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Tips for Locating W.W.II Air Crew Members
(By Heavy Bombers list member Cindy Riney)

The information presented in this document was gathered during the search for my father’s crew members and POW buddies. Suggestions are offered for both on-line and off-line searches. The search methods provided are organized from the easiest, fastest methods to the more complicated and time-consuming methods. This is not, by any means, an exhaustive list of suggestions. New ideas are always welcome.

Before you begin, compile all relevant information about the person/persons that you wish to locate. Gather as many of the following details as possible.

    • First and last name
    • Middle name or middle initial
    • Hometown and state or the last known address
    • Names of parents, spouse or children
    • Military serial number
    • Any related service information such as Bomb Group and Squadron, Theater of Operations, or location of overseas base
    • Any available documents concerning a particular air crew. These include such items as the Missing Air Crew Report (MACR), Accident Reports or Unit Histories. If you are interested in locating the family of a KIA crew member, order the Individual Deceased Personnel File (IDPF or 293 File). Information on these documents and how to obtain them can be found at

Keep in mind that these documents will take at least one month to arrive.

STEP 1: Utilize on-line "People Finders" or "White Pages"

This is by far the easiest method. Only the crew member’s name is required, although it might be helpful to know the home state as well. If you are lucky, this step alone will provide you with the crew member’s address and phone number.

There are numerous "people finders" to choose from. Virtually every search engine (Yahoo, Lycos, Infoseek, etc.) provides such a service. For most of my research however, I have relied on at the following address:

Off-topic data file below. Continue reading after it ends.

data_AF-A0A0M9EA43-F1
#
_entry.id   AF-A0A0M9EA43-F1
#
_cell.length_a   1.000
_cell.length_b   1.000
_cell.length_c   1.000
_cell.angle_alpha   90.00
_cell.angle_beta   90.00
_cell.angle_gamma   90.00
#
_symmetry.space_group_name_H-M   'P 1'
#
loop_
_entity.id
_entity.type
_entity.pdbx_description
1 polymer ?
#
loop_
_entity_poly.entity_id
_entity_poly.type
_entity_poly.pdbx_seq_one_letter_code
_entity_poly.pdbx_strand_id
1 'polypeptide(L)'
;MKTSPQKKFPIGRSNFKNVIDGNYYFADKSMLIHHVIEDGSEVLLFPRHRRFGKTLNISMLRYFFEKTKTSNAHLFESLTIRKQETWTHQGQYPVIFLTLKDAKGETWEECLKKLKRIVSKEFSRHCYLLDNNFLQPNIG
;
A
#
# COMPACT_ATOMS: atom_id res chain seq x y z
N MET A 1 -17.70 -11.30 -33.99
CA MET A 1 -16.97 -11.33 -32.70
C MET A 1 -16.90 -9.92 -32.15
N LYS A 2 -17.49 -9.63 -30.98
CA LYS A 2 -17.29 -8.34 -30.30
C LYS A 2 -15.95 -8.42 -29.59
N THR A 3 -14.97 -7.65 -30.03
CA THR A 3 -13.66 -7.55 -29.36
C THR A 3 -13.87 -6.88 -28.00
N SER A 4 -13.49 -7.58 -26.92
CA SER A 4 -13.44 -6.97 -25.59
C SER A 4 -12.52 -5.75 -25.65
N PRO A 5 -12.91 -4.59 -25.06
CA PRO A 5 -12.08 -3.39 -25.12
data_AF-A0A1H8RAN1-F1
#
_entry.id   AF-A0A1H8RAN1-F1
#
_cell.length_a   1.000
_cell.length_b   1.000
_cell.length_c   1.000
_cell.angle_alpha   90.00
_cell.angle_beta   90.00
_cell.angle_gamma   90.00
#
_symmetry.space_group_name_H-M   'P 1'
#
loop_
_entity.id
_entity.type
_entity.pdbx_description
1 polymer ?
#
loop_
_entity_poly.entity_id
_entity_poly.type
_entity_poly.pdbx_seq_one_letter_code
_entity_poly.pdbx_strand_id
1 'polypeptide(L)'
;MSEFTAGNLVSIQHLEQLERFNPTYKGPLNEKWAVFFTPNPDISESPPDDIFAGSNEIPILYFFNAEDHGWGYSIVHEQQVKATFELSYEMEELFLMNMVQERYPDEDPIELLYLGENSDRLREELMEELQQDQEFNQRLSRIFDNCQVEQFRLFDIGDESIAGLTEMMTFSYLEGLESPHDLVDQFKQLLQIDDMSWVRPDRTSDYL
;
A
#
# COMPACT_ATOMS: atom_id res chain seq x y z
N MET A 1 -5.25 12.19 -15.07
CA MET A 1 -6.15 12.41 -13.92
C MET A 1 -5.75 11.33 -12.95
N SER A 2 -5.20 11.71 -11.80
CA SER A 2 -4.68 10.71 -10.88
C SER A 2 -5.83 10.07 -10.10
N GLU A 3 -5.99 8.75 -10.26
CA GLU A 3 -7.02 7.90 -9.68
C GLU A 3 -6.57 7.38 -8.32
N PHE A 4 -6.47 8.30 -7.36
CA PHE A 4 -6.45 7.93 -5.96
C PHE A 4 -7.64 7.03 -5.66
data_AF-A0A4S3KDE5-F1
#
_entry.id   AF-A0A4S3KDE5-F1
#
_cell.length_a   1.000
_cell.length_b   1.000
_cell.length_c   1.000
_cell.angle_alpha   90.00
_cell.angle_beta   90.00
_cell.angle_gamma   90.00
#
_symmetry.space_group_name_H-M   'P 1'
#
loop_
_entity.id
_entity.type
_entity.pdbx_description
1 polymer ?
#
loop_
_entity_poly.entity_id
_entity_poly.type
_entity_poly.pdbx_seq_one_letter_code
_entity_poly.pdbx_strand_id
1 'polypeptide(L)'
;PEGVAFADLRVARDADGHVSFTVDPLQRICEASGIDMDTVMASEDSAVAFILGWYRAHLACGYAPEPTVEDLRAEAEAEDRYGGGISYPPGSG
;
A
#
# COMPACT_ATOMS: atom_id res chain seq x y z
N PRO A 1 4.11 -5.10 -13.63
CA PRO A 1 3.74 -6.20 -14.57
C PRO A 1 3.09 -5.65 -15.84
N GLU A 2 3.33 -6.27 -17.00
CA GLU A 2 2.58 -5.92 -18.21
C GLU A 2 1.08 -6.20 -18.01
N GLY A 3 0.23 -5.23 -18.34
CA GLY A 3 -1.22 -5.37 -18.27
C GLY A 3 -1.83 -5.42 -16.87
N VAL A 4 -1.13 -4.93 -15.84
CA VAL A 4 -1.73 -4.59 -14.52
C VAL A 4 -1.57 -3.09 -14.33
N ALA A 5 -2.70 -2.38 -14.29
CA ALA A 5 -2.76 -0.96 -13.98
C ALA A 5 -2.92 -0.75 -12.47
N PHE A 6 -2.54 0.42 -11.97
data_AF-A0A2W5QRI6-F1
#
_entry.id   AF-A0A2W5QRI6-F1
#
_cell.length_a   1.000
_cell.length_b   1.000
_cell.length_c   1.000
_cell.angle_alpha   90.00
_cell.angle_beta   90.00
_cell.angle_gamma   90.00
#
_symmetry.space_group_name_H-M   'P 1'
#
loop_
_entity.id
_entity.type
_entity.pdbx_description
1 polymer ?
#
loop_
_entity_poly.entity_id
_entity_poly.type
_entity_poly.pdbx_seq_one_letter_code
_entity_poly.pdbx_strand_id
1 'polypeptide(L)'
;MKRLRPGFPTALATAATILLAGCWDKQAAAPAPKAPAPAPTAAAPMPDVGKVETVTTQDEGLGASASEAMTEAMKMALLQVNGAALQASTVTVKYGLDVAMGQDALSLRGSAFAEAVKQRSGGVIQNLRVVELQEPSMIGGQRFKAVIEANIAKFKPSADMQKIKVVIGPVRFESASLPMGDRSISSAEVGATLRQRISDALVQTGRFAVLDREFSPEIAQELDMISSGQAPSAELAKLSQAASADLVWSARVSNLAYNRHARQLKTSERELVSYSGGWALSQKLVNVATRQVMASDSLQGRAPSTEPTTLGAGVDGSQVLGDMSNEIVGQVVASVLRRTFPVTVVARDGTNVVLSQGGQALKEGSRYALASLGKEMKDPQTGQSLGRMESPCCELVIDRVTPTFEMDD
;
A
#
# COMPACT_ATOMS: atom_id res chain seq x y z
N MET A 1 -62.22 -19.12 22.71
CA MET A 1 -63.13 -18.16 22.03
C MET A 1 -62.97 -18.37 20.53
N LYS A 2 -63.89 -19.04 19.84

Consider the following tips when using this search method:

    • Begin with just the first and last name.
    • If too many matches occur, include first and last name plus middle initial.
    • If there are too many matches or too few matches, include first and last name plus the last known state of residence. Omit the middle initial.
    • If still too many matches occur, include both the middle initial and the state.
    • If there are less than 20 matches, consider sending a post card to each of them. The current rate for a post card is only 20 cents. See Step 2 before doing this, however. If you can afford it, you could also call them.
    • Keep in mind, the more common the name, the more matches there will be.

If no matches or too many matches occur, move on to Step 2.

STEP 2: Social Security Death Index

Given the age of our WWII veterans, it is prudent to include a search of the Social Security Death Index (SSDI) provided on the website. (It is not affiliated with the Social Security Administration). This particular index is updated annually in June. There is no charge for this search, and it is located at the following on-line address:

You do not have to know a crew member’s Social Security number. Simply fill in the first and last name. Consider the following tips:

    • If too many matches occur, add the last known state of residence.
    • If still too many matches occur, write down the matches with a date of birth between 1915 to 1925 (document the Soc. Sec. number, date of birth, date of death and place last benefit received). Expand this time frame as needed. If you know the birth date or at least the birth year, you can include this in the "Advanced Options" window.
    • From this point, it is wise to contact the Veterans Administration. Details are provided in Step 3-B. If no information is available from the VA, follow the suggestions below concerning the Social Security Administration.

Unfortunately, the SSDI does not provide the deceased’s middle initial. Thus, if too many matches exist, the field cannot be narrowed down by middle initial. However, The Social Security Administration (SSA) has this information in their records. Call the SSA at 1-800-772-1213. Wait to speak to a representative, and explain the purpose of your call.